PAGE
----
Anonymous asked:
Hey! I was wondering if you knew whether dogs like Huskies and Malamutes are more closely related to wolves than other breeds? My Husky rarely barks; he just howls. I didn't know if this was a thing or not.

Yes, both Huskies and Malamutes are more closely related to wolves than other domestic dog breeds.

Domestic dogs have about 99% of their genes in common with one another. But a few very distinct genetic differences separate them into about 400 dog breeds known worldwide. All domestic dog breeds are almost identical in relatedness to wolves. The DNA structure of domestic dogs is only about 0,2% different from wolves.

A recent study claims that several dogs whose origins date back to antiquity are also the most genetically similar to wolves — the very oldest ones being from Asia, such as the Shar-pei and the Chow, and from Africa, such as the Basenji. Others, like the Afghan, come from the Middle East, while the Siberian husky and others come from the Arctic [source].

Note that looks can be deceiving; Huskies and Malamutes have a wolf-like appearance, but the extent to which a certain dog breed looks like a wolf stands apart from the extend to how closely related to wolves they are. For example, a Shih Tzu (which the authors of the recent study I talked about assigned to the ancient group of Asian dogs) is more closely related to the wolf than a German shepherd is.

List of the fourteen ancient breeds that show the fewest genetic differences from wolves [source]:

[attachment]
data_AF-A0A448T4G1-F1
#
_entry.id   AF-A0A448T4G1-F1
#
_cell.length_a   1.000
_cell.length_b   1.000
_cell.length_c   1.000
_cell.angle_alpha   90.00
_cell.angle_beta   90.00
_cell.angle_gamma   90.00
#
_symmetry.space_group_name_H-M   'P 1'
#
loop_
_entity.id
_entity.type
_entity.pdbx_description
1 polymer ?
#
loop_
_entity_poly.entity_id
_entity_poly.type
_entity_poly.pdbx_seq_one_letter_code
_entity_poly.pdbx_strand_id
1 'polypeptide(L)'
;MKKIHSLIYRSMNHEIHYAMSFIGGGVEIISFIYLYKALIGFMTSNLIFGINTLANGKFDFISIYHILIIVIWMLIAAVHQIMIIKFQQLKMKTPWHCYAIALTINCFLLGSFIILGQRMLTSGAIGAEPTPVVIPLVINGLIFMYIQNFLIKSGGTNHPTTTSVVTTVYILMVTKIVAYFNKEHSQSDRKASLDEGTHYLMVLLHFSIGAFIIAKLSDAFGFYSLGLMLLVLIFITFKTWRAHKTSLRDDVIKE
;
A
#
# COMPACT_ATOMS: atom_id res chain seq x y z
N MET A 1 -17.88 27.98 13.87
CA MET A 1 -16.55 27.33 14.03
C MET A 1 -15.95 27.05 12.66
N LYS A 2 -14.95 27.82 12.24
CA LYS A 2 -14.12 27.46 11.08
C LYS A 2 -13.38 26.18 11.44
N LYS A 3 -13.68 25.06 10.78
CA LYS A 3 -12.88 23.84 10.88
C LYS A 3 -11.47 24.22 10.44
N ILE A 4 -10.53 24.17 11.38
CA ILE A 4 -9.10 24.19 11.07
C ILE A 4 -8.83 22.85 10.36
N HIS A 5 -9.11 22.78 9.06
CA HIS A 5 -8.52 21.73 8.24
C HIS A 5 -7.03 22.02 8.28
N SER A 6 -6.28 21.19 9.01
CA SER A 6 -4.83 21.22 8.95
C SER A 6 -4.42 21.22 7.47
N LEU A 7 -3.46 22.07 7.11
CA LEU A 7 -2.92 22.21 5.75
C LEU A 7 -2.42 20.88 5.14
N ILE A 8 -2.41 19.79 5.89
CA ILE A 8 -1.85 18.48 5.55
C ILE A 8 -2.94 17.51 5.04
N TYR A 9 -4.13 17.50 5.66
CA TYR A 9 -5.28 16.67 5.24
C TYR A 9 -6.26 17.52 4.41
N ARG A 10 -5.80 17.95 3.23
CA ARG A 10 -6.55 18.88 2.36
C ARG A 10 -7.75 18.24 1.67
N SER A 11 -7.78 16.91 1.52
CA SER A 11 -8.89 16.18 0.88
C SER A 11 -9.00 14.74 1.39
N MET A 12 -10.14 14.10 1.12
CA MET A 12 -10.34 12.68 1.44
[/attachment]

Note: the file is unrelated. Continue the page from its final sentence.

(Note that this study was done on 85 different dog breeds, and as there are some 400 known dog breeds (of which the AKC recognizes 167), it is possible that an extended study would reveal additional “ancient” breeds)

Siberian Huskies are one of the dog breeds that actually howl more often than other dogs. Huskies are known to communicate less by barking and more in “talking”, “singing” and howling noises, but this has nothing to do with them being more related to wolves than other dog breeds.

Anonymous asked:
I used to work as a park ranger during the summers in a provincial park in Ontario, Canada. We kept track of the major packs in the area. We named them out of habit. One pack in specific, had a breeding pair, Clair and Derek. In one of the last summers I worked there, Clair was pregnant, but unfortunately, Derek had gotten very sick and passed away. Another female, Aria, had taken Derek's place. Is it common for homosexuality in wolves? Are "gay" couples or "lesbian" couples more common?